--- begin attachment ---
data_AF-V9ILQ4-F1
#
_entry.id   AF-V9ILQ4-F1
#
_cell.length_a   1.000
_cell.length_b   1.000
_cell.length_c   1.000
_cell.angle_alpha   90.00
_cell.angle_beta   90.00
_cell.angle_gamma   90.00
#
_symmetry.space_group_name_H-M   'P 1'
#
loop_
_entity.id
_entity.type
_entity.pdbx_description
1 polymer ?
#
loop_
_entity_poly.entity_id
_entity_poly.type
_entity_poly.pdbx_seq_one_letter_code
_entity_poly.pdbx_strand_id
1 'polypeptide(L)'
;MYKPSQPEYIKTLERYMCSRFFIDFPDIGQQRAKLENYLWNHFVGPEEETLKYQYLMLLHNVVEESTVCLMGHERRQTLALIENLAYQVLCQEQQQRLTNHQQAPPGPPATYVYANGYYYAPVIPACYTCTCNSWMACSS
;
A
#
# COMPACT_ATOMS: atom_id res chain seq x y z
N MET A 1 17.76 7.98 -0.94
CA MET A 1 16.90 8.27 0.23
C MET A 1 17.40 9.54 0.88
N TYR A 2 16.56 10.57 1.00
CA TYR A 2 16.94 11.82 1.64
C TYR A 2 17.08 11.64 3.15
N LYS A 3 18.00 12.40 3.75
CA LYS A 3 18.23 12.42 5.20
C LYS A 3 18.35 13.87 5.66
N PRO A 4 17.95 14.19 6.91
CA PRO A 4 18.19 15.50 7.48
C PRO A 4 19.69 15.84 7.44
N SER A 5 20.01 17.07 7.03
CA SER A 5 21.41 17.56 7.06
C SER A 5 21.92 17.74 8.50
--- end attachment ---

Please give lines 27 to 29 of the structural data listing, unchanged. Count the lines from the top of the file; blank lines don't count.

;
A
#